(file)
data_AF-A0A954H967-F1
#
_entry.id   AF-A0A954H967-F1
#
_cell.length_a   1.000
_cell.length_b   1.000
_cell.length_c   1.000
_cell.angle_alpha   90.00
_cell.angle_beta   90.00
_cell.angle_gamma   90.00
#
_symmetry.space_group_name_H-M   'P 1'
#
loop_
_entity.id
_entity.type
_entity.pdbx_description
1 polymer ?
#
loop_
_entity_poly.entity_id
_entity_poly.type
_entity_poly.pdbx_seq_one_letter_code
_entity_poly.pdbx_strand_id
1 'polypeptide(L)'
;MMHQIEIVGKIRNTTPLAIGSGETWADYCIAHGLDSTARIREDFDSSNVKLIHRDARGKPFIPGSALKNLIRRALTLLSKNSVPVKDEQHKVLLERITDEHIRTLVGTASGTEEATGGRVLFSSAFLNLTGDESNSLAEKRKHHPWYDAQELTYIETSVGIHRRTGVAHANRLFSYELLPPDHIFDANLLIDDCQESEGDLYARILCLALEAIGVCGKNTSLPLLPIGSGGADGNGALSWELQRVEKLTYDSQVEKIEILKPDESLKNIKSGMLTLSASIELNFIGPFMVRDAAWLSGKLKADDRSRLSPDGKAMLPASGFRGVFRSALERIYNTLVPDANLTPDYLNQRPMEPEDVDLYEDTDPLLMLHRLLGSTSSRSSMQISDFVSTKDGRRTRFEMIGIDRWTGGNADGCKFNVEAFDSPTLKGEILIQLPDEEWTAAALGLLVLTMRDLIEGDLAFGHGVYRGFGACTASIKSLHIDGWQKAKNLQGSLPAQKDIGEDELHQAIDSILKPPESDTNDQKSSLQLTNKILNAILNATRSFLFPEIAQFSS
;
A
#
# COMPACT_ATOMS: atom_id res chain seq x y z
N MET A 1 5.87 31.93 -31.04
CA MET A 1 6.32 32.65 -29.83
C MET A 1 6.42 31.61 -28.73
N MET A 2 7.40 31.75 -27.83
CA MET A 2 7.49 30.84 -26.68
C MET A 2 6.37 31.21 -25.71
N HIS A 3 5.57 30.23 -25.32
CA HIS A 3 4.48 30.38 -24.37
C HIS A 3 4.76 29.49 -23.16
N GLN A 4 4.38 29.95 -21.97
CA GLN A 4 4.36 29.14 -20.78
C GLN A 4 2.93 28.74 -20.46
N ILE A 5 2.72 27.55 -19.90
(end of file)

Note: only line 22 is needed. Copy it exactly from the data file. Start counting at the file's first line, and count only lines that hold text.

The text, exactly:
_entity_poly.type